Phrasal verbs are a common English verb form that consist of a verb followed by a p-word that functions as a particle. To learn more about some of the most common phrasal verbs in the English language, click on a letter in the following menu to browse the Phrasal Verb Dictionary in alphabetical order.
Note: When a word entry includes a p-word enclosed in parentheses, the phrasal verb is a phrasal-prepositional verb.
|ache for||want something or someone immensely||inseparable transitive||The toddler aches for Elmo.|
|act out||behave badly or in a socially unacceptable often self-defeating manner especially as a means of venting painful emotions||intransitive||The child acted out after the divorce.|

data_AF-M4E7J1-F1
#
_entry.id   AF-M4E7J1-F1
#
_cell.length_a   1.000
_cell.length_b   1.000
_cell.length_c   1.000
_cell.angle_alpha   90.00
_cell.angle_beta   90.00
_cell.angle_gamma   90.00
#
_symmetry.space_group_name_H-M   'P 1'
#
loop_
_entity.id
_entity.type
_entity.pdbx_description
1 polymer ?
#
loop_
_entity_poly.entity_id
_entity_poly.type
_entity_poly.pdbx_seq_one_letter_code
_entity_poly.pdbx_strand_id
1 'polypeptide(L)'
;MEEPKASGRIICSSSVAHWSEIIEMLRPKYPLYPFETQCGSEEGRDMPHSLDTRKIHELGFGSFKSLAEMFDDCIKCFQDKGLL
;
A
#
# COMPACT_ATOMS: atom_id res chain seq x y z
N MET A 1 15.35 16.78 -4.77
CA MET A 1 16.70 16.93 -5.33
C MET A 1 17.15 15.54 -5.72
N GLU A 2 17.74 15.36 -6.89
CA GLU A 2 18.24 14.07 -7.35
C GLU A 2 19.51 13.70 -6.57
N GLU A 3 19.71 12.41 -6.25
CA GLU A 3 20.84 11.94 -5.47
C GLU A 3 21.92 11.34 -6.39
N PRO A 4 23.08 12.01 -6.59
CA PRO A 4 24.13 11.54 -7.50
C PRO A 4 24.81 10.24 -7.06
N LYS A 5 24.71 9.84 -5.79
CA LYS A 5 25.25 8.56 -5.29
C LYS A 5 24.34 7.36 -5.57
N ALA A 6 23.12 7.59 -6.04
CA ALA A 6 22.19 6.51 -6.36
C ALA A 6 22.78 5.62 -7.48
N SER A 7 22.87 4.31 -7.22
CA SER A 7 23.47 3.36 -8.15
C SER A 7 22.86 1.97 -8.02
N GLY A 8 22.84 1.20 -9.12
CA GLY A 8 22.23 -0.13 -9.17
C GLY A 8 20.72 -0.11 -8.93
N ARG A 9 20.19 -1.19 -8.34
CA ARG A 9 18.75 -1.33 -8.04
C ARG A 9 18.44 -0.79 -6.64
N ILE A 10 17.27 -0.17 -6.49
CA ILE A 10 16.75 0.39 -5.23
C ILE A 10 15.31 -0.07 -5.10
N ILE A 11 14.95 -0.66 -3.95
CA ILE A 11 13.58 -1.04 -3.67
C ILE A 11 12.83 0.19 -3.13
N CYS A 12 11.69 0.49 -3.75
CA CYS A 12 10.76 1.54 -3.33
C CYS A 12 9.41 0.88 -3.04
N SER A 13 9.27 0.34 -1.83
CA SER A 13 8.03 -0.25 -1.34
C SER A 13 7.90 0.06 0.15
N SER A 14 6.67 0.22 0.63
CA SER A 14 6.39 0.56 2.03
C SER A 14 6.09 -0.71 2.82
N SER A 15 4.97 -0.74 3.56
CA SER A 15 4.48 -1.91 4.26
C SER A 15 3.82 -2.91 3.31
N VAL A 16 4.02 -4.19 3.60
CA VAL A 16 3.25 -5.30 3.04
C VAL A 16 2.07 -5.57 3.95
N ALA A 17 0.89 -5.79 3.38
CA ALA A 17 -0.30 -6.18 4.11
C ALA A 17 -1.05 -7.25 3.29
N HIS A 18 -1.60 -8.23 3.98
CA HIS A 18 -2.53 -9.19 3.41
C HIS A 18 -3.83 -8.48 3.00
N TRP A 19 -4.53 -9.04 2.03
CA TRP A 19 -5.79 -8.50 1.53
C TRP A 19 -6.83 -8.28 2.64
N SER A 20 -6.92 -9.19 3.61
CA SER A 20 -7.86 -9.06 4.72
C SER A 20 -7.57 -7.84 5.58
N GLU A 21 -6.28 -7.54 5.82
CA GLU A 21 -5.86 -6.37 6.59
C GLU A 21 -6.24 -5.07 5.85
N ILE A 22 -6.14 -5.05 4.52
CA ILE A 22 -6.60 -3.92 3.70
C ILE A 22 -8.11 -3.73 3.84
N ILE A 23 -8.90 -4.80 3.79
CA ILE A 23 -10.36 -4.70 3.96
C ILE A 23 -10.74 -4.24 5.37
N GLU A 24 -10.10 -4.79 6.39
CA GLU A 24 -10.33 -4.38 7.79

|act up||misbehave, behave improperly||intransitive||My bursitis is acting up again.|
|add up||calculate a sum||separable transitive||Add the numbers up.|
|add up||increase in total||intransitive||A few extra calories a day really add up.|
|add up||make sense||intransitive||The numbers do not add up.|
|add up to||equal an amount||inseparable transitive||The bills add up to more than $100.|
|angle for||try to get or achieve something in an indirect way||inseparable transitive||He angled for a bigger pay raise.|
|answer for||be responsible for||inseparable transitive||Parents should answer for their children’s behavior.|
|ante up||pay a certain amount of money||inseparable transitive||Ante up $25 each.|
|ask out||invite on a date||separable transitive||She asked him out.|
|ask over||invite to a place||separable transitive||He asked her over.|
|attend to||turn attention to||inseparable transitive||The doctors must attend to the sickest patients first.|